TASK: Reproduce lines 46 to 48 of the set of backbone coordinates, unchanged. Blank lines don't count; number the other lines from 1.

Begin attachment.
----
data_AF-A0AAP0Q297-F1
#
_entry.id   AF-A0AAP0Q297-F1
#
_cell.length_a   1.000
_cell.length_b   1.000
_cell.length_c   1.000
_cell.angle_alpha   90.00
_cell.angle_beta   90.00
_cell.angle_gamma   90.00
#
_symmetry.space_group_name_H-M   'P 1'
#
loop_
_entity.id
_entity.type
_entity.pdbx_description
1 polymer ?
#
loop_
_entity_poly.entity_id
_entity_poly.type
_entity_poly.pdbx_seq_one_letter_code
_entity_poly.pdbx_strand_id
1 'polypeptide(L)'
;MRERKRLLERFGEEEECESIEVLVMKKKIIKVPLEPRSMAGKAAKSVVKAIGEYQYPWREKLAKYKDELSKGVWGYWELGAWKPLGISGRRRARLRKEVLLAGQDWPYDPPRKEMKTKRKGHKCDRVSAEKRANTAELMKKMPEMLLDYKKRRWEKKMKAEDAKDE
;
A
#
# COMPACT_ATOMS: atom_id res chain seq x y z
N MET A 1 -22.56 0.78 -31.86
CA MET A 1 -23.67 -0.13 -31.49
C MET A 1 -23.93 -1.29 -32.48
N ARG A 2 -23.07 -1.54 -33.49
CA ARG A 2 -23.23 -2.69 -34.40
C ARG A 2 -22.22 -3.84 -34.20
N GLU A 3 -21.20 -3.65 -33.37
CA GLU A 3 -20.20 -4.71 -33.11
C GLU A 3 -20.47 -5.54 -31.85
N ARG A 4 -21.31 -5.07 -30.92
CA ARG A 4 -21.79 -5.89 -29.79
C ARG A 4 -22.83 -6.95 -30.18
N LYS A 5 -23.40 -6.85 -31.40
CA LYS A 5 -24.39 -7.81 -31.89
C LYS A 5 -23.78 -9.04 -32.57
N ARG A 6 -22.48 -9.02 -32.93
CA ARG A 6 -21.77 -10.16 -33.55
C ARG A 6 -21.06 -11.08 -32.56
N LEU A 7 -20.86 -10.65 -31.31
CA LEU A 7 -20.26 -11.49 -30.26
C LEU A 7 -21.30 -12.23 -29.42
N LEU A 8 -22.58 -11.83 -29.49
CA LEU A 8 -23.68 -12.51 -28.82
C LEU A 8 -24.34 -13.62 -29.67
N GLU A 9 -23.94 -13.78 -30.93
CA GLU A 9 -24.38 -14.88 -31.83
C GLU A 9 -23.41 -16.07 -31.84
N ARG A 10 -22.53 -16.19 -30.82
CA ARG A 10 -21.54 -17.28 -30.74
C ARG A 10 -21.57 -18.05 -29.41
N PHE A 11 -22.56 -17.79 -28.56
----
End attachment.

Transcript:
N ARG A 6 -22.48 -9.02 -32.93
CA ARG A 6 -21.77 -10.16 -33.55
C ARG A 6 -21.06 -11.08 -32.56